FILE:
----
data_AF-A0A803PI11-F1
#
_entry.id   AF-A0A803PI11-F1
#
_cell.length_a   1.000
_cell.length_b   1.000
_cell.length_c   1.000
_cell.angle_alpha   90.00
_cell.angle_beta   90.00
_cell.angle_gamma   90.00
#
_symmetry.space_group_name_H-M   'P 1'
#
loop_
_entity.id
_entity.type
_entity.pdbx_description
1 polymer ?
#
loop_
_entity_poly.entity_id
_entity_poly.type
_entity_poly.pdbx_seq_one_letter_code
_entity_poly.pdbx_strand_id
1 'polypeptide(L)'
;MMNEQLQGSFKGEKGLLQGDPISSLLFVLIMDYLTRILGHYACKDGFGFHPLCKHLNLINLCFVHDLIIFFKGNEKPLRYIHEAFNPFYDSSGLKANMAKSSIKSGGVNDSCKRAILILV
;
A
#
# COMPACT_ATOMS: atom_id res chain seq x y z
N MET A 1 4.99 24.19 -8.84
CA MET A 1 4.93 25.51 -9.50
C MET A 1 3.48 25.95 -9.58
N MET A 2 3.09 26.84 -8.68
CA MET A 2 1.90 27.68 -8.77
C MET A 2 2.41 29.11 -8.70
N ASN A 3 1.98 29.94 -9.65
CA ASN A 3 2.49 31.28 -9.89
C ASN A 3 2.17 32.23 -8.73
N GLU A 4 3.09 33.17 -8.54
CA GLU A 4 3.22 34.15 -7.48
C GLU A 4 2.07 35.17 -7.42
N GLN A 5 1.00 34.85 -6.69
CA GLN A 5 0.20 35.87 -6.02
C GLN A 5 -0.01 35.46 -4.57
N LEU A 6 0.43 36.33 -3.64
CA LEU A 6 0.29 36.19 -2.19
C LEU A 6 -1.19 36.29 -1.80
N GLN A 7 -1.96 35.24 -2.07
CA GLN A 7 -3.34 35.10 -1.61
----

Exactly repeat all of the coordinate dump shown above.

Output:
data_AF-A0A803PI11-F1
#
_entry.id   AF-A0A803PI11-F1
#
_cell.length_a   1.000
_cell.length_b   1.000
_cell.length_c   1.000
_cell.angle_alpha   90.00
_cell.angle_beta   90.00
_cell.angle_gamma   90.00
#
_symmetry.space_group_name_H-M   'P 1'
#
loop_
_entity.id
_entity.type
_entity.pdbx_description
1 polymer ?
#
loop_
_entity_poly.entity_id
_entity_poly.type
_entity_poly.pdbx_seq_one_letter_code
_entity_poly.pdbx_strand_id
1 'polypeptide(L)'
;MMNEQLQGSFKGEKGLLQGDPISSLLFVLIMDYLTRILGHYACKDGFGFHPLCKHLNLINLCFVHDLIIFFKGNEKPLRYIHEAFNPFYDSSGLKANMAKSSIKSGGVNDSCKRAILILV
;
A
#
# COMPACT_ATOMS: atom_id res chain seq x y z
N MET A 1 4.99 24.19 -8.84
CA MET A 1 4.93 25.51 -9.50
C MET A 1 3.48 25.95 -9.58
N MET A 2 3.09 26.84 -8.68
CA MET A 2 1.90 27.68 -8.77
C MET A 2 2.41 29.11 -8.70
N ASN A 3 1.98 29.94 -9.65
CA ASN A 3 2.49 31.28 -9.89
C ASN A 3 2.17 32.23 -8.73
N GLU A 4 3.09 33.17 -8.54
CA GLU A 4 3.22 34.15 -7.48
C GLU A 4 2.07 35.17 -7.42
N GLN A 5 1.00 34.85 -6.69
CA GLN A 5 0.20 35.87 -6.02
C GLN A 5 -0.01 35.46 -4.57
N LEU A 6 0.43 36.33 -3.64
CA LEU A 6 0.29 36.19 -2.19
C LEU A 6 -1.19 36.29 -1.80
N GLN A 7 -1.96 35.24 -2.07
CA GLN A 7 -3.34 35.10 -1.61